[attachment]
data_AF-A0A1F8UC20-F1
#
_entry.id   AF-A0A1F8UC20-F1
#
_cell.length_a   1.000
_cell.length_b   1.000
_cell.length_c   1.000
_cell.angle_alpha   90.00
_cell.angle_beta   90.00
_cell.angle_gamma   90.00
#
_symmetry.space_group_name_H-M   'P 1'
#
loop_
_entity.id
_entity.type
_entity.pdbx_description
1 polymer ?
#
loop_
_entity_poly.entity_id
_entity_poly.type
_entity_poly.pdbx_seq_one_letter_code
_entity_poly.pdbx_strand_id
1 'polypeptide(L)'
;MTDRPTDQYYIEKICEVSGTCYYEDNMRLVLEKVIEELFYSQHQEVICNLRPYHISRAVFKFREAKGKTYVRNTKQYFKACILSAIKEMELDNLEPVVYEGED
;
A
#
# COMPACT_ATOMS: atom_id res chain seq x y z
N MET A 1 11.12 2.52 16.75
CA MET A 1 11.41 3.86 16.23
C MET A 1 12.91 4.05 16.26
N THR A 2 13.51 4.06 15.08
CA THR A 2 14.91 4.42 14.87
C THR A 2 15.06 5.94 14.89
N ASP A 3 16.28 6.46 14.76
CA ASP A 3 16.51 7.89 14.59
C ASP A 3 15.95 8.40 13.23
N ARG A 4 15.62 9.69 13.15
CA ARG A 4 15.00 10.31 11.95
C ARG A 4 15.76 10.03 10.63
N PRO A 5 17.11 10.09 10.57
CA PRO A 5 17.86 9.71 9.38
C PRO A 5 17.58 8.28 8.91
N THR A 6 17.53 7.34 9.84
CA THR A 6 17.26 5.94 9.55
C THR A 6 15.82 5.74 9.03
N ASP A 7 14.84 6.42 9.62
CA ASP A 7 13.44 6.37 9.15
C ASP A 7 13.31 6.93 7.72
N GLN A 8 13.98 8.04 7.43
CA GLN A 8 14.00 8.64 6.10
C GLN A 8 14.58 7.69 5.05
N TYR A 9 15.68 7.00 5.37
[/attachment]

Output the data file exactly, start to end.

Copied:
data_AF-A0A1F8UC20-F1
#
_entry.id   AF-A0A1F8UC20-F1
#
_cell.length_a   1.000
_cell.length_b   1.000
_cell.length_c   1.000
_cell.angle_alpha   90.00
_cell.angle_beta   90.00
_cell.angle_gamma   90.00
#
_symmetry.space_group_name_H-M   'P 1'
#
loop_
_entity.id
_entity.type
_entity.pdbx_description
1 polymer ?
#
loop_
_entity_poly.entity_id
_entity_poly.type
_entity_poly.pdbx_seq_one_letter_code
_entity_poly.pdbx_strand_id
1 'polypeptide(L)'
;MTDRPTDQYYIEKICEVSGTCYYEDNMRLVLEKVIEELFYSQHQEVICNLRPYHISRAVFKFREAKGKTYVRNTKQYFKACILSAIKEMELDNLEPVVYEGED
;
A
#
# COMPACT_ATOMS: atom_id res chain seq x y z
N MET A 1 11.12 2.52 16.75
CA MET A 1 11.41 3.86 16.23
C MET A 1 12.91 4.05 16.26
N THR A 2 13.51 4.06 15.08
CA THR A 2 14.91 4.42 14.87
C THR A 2 15.06 5.94 14.89
N ASP A 3 16.28 6.46 14.76
CA ASP A 3 16.51 7.89 14.59
C ASP A 3 15.95 8.40 13.23
N ARG A 4 15.62 9.69 13.15
CA ARG A 4 15.00 10.31 11.95
C ARG A 4 15.76 10.03 10.63
N PRO A 5 17.11 10.09 10.57
CA PRO A 5 17.86 9.71 9.38
C PRO A 5 17.58 8.28 8.91
N THR A 6 17.53 7.34 9.84
CA THR A 6 17.26 5.94 9.55
C THR A 6 15.82 5.74 9.03
N ASP A 7 14.84 6.42 9.62
CA ASP A 7 13.44 6.37 9.15
C ASP A 7 13.31 6.93 7.72
N GLN A 8 13.98 8.04 7.43
CA GLN A 8 14.00 8.64 6.10
C GLN A 8 14.58 7.69 5.05
N TYR A 9 15.68 7.00 5.37